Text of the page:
Tuesday, April 20

Nepal will be beneficiary when India rolls out Covid-19 vaccine: Shringla

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Five promising Covid-19 vaccine candidates are in advanced stages of trials in India and Nepal will be among the beneficiaries when the vaccine is finally rolled out, foreign secretary Harsh Shringla said on Friday.

Shringla reiterated India’s commitment to help countries in the region in the fight against the pandemic on the second day of his two-day visit to Nepal aimed at restoring normalcy in the bilateral relationship after a border row earlier this year.

During meetings with Prime Minister KP Sharma Oli, foreign minister Pradeep Gyawali and foreign secretary Bharat Raj Paudyal on Thursday, Shringla discussed ways to address the boundary issue through existing mechanisms. Both sides also focused on the need to respect each other’s sensitivities.

Shringla talked about Covid-19-related cooperation while delivering a virtual lecture at the Asian Institute of Diplomacy and International Affairs (AIDIA) in Kathmandu, where he spoke briefly in Nepali.

“We are on the cusp of the availability of a vaccine for the novel Coronavirus. As the world’s largest manufacturer of vaccines, India is at the forefront of this effort. We have at least five promising vaccine candidates at advanced stages of trials, and dozens of sites across India are conducting vaccine trials on all ages and social groups,” he said.

“I would like to assure the people of Nepal that once a vaccine is rolled out, meeting Nepal’s requirement would be a priority for us.”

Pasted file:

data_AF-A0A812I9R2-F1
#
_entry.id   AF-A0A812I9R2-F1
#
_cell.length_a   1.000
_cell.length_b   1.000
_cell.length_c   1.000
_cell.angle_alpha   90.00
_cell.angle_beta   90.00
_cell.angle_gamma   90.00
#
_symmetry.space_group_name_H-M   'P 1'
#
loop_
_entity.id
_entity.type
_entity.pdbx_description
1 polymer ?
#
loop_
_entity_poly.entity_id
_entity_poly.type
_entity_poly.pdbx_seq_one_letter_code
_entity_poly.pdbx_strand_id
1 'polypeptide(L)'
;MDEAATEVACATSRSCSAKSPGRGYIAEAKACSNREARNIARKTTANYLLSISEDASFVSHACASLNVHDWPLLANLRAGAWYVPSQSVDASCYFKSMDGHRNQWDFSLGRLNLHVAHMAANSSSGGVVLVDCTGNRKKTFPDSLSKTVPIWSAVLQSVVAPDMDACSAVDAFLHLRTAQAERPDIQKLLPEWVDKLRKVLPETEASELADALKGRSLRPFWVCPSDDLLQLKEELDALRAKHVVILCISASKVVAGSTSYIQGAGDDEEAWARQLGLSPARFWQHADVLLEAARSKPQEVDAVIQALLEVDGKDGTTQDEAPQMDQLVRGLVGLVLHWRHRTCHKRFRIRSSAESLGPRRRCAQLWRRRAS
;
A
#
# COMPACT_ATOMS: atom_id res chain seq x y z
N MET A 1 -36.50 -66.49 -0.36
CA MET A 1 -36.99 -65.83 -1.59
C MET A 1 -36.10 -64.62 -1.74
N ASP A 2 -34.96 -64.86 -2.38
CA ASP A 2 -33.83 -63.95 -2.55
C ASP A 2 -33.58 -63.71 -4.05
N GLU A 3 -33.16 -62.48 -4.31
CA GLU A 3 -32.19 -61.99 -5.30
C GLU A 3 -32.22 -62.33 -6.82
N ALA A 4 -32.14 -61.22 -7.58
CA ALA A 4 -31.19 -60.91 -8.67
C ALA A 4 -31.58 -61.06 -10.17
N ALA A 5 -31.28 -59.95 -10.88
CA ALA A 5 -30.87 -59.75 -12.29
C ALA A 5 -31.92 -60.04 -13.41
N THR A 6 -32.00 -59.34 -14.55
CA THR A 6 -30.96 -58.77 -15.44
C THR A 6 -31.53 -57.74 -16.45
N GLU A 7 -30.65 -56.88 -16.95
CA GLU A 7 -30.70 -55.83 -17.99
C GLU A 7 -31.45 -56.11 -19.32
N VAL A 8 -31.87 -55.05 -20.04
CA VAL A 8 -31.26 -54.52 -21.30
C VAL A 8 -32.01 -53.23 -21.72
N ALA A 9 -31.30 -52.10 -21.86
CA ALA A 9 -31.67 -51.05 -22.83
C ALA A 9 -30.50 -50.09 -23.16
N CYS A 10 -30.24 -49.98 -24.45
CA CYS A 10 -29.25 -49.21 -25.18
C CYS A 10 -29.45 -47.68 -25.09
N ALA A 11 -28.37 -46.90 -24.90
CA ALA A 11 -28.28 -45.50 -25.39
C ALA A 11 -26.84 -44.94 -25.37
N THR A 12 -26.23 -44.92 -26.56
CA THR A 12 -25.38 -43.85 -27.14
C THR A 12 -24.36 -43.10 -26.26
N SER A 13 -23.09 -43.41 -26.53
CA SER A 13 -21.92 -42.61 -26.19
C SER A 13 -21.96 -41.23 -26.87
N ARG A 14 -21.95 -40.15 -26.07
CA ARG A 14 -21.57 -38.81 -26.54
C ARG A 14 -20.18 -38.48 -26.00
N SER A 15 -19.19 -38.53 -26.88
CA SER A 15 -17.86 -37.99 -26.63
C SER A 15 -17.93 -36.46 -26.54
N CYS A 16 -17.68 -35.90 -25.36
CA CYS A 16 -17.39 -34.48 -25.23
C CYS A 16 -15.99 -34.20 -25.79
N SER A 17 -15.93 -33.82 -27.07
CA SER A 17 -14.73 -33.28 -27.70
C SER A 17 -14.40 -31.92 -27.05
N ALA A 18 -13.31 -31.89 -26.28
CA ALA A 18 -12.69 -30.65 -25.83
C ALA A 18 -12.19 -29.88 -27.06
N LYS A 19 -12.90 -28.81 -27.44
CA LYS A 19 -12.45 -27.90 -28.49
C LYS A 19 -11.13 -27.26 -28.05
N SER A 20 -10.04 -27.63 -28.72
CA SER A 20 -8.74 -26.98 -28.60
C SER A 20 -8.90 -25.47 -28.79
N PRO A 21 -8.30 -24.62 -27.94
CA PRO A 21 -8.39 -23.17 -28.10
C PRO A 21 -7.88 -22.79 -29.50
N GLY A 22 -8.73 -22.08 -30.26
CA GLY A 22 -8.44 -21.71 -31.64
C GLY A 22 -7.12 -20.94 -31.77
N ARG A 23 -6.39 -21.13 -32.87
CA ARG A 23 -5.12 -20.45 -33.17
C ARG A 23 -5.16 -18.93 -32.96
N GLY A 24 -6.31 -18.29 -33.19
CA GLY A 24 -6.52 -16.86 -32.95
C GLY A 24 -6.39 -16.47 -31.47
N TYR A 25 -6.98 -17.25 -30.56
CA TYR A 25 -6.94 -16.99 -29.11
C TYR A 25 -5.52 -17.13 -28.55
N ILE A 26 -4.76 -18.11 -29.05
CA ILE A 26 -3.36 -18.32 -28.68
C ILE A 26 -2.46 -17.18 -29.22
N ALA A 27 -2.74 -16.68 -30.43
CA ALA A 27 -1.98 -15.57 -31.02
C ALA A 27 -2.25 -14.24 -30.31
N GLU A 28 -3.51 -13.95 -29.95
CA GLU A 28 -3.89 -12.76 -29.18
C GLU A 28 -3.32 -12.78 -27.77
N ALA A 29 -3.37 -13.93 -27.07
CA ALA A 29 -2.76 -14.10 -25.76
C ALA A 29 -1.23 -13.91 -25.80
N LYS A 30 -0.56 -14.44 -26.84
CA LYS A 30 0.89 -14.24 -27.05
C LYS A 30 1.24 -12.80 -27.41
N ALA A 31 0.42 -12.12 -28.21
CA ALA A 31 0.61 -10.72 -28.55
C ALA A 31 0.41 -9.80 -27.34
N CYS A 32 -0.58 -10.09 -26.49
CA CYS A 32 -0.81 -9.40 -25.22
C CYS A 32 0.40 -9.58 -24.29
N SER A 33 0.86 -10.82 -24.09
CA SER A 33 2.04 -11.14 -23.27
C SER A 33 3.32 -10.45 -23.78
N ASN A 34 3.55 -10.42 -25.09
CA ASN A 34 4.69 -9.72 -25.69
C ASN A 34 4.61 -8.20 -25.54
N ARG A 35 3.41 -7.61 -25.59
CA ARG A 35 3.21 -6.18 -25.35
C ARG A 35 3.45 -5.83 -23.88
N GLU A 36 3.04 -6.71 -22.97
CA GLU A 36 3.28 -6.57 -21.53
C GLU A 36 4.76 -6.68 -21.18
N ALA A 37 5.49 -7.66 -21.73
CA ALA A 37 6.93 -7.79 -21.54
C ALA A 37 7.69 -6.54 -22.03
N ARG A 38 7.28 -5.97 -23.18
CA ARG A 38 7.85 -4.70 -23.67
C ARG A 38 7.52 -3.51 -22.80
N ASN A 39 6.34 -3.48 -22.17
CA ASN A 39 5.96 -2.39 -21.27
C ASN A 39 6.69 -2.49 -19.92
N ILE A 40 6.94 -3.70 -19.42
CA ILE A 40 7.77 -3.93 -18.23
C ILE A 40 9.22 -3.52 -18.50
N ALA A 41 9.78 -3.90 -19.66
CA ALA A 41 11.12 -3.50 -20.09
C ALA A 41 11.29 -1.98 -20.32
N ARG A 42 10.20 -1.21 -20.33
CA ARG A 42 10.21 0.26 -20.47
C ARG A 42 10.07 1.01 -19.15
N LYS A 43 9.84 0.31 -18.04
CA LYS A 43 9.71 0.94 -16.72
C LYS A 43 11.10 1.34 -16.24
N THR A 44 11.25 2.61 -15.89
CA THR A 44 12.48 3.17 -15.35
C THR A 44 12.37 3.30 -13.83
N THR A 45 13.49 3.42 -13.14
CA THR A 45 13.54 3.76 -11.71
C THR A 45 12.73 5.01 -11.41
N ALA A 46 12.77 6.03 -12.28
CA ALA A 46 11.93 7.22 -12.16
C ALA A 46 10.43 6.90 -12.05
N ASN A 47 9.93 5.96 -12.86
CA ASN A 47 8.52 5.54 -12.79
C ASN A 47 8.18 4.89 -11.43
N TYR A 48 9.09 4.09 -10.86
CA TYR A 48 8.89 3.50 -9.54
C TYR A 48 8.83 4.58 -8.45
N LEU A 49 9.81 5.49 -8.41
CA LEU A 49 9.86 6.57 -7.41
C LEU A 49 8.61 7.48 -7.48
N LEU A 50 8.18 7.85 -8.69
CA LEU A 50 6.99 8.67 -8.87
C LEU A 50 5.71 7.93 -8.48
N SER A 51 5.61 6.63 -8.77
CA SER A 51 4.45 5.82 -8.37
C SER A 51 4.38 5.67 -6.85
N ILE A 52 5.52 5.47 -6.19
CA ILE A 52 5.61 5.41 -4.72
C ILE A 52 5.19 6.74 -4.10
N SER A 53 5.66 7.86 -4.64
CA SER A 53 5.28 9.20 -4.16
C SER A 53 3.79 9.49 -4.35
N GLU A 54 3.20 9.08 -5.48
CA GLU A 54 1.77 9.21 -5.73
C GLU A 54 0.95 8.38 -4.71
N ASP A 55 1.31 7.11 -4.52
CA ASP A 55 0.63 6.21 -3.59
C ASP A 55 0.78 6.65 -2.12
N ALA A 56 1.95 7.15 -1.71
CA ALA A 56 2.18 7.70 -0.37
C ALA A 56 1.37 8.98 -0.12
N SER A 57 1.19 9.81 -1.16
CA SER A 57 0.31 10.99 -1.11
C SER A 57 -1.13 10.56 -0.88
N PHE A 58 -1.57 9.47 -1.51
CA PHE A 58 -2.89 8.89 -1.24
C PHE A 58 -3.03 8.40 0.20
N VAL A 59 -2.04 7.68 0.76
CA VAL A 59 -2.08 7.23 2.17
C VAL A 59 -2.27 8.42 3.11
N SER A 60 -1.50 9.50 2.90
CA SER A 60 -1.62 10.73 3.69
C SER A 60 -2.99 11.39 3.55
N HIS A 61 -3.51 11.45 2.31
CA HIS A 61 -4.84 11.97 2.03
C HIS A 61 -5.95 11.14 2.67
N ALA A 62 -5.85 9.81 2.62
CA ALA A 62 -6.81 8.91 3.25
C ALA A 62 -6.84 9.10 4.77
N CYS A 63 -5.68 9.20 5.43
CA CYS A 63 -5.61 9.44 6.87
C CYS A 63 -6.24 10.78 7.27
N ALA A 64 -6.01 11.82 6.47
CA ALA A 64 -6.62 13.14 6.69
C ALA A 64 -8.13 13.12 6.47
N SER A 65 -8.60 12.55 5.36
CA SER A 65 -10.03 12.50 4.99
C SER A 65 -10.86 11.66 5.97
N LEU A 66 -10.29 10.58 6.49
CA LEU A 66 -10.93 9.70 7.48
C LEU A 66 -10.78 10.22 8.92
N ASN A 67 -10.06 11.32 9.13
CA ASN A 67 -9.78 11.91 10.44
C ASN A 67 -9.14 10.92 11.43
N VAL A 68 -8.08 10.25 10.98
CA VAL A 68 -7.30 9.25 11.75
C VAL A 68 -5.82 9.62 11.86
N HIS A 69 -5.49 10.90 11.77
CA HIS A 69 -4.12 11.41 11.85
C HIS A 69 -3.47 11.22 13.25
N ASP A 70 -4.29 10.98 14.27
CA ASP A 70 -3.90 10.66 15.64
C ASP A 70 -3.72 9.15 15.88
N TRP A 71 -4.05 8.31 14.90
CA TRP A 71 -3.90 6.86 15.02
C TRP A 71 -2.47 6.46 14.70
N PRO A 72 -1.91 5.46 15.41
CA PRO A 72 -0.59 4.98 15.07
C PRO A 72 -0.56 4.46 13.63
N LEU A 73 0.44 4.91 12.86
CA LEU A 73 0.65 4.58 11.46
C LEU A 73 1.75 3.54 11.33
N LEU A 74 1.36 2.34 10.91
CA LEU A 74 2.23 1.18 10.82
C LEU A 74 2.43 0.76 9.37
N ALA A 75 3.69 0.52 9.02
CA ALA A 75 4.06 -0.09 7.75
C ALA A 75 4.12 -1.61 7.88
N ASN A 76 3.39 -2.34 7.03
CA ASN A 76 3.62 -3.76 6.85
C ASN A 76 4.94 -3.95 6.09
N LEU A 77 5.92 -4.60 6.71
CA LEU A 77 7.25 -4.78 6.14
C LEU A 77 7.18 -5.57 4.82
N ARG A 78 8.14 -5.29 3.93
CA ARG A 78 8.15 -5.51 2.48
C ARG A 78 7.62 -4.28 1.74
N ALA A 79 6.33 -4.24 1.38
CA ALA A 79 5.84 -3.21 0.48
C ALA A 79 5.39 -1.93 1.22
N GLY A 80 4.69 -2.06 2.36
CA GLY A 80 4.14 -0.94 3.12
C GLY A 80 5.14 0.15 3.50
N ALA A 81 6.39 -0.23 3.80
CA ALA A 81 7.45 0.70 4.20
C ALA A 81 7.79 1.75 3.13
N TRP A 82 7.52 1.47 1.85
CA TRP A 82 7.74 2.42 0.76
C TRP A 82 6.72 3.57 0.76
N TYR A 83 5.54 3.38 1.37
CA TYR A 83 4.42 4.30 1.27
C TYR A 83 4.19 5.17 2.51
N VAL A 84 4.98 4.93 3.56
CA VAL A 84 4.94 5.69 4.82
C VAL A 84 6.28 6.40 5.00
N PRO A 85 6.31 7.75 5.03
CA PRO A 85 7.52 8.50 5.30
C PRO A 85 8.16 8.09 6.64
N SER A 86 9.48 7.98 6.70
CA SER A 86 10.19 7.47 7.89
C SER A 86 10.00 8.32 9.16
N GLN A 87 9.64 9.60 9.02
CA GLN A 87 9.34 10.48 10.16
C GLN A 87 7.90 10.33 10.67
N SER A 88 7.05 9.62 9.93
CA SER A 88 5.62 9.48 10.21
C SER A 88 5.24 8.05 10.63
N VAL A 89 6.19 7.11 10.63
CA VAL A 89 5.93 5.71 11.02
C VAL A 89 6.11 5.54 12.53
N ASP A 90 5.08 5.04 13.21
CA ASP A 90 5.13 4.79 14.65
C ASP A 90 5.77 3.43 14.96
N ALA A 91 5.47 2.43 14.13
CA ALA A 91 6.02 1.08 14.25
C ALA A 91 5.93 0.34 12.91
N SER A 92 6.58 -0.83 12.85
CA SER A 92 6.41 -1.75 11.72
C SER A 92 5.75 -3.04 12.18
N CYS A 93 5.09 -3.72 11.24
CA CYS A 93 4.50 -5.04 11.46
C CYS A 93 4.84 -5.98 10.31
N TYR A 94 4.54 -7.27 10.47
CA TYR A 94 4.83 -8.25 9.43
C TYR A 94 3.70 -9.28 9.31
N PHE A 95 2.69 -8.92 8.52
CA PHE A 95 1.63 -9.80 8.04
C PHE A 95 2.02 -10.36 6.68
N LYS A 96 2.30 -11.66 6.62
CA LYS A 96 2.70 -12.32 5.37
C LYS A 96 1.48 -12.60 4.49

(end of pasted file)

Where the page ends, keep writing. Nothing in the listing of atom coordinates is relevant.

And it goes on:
The similarity of the genetic profiles of both countries means that a vaccine which works in India is likely to work for Nepal as well, Shringla said. “Together we will recover from the pandemic and together will protect our people,” he added.

Among the vaccines being tested in India are the AstraZeneca vaccine, Russia’s Sputnik V and another developed by Bharat BioTech.

Shringla also said India is determined to emerge from the pandemic with a stronger economy and robust industrial capacities, and called on Nepal to share in the dreams of building a new India. “We cannot do it alone, we need each other,” he said.

India’s market is open to Nepal’s companies and the neighbouring country’s hydropower potential could be a source of clean energy, he pointed out.

In keeping with his visit’s objective to taking forward cooperation on connectivity and infrastructure projects, Shringla noted that Kathmandu had changed since his last visit about a decade ago but the “hearts and smiles of friends and interlocutors remain unchanged”.

“For India, Nepal is fundamental to our neighbourhood first approach. India’s development and modernisation are incomplete and intrinsically and symbiotically linked to the development and modernisation of neighbouring countries such as Nepal,” he said.

Shringla said his meetings with Nepal’s leadership had left him with no doubt that the two countries are on the same page and that the relationship rests on four pillars – development cooperation, stronger connectivity, expanded infrastructure and economic projects, and enhanced access to education in India.

More than 100 high-impact community projects had been completed in all 77 districts of Nepal since 2014, and a cross-border fuel pipeline – the first of its kind in South Asia – was moving two million metric tonnes of petroleum products and had resulted in savings of more than Nepali Rs800 million.